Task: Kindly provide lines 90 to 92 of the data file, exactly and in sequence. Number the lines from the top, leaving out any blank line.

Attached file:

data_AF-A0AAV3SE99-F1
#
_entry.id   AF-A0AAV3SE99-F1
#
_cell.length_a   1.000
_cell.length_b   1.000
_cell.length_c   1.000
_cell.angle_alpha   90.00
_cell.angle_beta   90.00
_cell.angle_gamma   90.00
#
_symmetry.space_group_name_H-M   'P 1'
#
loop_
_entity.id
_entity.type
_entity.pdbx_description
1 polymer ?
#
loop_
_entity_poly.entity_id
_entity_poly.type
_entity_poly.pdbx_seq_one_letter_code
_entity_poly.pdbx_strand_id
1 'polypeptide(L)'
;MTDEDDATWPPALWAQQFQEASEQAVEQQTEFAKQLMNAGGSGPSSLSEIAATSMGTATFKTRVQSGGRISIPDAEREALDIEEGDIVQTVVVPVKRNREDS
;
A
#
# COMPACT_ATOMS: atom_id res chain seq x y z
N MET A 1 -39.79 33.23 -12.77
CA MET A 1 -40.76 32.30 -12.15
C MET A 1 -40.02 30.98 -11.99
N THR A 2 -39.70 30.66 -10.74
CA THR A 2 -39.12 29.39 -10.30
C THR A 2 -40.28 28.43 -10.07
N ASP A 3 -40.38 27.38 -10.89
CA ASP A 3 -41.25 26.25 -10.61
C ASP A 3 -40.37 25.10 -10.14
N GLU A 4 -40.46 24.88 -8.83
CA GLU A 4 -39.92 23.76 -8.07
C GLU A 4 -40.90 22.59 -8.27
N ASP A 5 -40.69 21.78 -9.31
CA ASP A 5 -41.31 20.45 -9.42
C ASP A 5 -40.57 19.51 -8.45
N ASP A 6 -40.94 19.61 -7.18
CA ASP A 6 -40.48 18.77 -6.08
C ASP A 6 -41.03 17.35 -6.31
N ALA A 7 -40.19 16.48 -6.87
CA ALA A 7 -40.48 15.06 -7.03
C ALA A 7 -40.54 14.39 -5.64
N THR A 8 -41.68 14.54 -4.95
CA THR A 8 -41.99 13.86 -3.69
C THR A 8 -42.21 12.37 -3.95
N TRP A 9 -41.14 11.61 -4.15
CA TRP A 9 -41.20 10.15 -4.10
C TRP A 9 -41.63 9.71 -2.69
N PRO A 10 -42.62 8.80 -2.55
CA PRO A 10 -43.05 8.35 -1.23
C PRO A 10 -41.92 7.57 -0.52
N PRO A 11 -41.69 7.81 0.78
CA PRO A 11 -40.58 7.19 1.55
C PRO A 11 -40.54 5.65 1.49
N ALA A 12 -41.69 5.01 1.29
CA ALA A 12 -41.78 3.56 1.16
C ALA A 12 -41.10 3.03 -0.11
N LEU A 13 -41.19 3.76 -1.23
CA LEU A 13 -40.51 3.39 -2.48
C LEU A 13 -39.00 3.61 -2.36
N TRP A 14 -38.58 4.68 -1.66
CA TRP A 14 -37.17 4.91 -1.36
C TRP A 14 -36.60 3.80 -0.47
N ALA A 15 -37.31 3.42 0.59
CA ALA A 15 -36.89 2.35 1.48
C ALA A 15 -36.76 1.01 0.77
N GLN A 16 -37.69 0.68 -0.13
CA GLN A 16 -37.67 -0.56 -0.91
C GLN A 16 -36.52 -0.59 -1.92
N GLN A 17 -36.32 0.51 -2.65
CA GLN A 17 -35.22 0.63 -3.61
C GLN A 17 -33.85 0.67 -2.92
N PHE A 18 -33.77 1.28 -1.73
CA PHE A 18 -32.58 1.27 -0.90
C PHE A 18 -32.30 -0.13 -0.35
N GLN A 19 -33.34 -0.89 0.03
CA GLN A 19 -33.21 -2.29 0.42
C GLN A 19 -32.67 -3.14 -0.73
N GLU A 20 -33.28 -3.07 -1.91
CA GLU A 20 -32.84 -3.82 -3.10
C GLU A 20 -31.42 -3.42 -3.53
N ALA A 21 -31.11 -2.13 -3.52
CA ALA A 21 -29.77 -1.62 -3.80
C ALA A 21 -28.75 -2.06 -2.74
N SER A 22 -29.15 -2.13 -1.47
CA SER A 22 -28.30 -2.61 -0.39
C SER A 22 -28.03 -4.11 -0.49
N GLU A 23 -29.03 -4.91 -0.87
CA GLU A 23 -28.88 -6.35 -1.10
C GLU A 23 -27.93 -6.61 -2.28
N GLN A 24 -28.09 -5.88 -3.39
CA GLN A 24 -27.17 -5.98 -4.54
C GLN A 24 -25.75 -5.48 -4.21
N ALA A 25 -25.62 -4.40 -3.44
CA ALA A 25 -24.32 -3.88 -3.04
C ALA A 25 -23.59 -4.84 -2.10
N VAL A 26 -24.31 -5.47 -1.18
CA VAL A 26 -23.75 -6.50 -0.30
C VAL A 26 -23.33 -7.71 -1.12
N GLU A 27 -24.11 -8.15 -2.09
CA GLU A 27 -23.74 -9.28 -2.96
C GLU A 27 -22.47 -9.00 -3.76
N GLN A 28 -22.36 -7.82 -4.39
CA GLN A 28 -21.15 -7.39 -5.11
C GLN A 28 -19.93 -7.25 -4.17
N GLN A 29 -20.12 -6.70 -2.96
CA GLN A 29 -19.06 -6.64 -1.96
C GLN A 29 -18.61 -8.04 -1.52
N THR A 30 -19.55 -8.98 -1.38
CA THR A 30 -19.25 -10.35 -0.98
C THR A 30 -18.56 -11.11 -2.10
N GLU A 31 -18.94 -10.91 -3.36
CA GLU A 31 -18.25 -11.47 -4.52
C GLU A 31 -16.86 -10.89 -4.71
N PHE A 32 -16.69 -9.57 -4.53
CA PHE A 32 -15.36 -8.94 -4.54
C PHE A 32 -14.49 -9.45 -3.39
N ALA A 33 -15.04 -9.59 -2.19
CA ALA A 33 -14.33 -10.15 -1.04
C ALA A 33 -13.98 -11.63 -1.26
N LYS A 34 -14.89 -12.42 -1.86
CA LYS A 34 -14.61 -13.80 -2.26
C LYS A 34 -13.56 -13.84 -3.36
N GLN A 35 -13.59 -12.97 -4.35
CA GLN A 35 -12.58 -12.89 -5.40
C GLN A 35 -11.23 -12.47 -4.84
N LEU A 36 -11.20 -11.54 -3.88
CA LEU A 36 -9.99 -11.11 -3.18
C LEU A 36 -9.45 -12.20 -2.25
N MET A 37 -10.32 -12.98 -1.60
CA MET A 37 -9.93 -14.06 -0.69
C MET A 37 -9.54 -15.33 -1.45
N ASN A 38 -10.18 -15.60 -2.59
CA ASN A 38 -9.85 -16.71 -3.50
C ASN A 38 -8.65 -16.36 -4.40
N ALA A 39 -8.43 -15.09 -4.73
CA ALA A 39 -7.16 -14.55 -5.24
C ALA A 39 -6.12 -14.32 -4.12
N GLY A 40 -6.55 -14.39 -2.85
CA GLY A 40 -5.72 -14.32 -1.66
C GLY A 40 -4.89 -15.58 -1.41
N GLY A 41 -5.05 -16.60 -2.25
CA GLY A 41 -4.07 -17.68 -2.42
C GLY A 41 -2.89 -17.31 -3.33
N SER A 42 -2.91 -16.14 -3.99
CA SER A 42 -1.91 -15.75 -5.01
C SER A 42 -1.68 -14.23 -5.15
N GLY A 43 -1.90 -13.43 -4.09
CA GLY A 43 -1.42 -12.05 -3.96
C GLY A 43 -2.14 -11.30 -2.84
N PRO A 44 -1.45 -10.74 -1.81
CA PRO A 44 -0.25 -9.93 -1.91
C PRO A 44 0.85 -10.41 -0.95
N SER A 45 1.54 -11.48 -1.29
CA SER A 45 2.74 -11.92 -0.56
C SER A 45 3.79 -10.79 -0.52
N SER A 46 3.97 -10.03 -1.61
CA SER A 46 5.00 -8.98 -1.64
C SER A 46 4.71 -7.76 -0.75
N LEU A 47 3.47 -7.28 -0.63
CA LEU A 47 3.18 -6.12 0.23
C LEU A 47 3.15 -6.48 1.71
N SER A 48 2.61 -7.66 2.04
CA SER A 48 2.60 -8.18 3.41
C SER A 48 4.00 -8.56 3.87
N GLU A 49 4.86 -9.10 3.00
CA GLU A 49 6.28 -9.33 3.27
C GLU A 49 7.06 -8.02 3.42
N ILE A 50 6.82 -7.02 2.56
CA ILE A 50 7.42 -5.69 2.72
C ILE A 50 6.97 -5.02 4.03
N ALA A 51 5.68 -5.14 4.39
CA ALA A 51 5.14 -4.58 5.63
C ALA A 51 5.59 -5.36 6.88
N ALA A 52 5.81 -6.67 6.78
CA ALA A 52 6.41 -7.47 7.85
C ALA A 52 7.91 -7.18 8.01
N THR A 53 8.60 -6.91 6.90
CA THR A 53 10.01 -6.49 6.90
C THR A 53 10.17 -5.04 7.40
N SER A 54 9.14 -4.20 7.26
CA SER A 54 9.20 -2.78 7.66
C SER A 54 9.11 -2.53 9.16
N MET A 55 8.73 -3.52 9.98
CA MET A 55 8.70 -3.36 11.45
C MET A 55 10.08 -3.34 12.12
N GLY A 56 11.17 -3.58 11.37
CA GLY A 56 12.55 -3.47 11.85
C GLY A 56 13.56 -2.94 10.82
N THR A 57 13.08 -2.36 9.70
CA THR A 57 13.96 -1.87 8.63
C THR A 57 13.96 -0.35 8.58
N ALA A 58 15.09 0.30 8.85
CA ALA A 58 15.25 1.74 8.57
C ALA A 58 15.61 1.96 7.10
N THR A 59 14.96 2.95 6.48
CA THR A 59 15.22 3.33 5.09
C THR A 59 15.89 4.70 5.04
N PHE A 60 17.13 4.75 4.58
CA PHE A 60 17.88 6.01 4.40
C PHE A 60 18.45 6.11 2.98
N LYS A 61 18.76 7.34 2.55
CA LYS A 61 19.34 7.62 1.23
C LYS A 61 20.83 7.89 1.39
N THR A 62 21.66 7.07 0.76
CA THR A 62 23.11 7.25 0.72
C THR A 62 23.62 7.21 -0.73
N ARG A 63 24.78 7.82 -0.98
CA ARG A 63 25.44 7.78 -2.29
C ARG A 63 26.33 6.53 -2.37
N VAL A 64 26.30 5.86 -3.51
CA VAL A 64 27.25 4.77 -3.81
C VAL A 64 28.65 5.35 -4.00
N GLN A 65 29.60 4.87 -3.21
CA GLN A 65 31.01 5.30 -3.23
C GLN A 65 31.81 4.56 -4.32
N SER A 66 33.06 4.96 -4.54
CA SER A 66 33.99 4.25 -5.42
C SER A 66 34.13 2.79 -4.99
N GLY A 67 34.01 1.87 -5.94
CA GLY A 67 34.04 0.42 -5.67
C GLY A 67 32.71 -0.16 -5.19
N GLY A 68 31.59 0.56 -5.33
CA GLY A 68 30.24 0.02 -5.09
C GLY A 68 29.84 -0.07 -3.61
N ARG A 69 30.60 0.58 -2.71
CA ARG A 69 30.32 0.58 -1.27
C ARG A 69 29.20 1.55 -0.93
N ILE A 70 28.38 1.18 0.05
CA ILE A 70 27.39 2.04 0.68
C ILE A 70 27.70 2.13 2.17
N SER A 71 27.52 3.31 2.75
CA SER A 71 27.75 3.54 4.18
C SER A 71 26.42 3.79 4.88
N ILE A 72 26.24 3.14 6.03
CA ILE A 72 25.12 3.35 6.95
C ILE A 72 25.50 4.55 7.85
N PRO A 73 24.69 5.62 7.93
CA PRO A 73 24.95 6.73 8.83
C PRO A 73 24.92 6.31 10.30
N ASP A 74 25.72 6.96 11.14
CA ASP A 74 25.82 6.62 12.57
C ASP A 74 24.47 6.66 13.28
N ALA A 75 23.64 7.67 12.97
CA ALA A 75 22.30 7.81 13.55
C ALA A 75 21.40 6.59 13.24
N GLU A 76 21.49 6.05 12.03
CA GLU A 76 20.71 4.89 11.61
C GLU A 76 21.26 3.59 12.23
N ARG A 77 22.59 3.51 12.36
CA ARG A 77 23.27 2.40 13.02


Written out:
C GLU A 20 -31.42 -3.42 -3.53
N ALA A 21 -31.11 -2.13 -3.52
CA ALA A 21 -29.77 -1.62 -3.80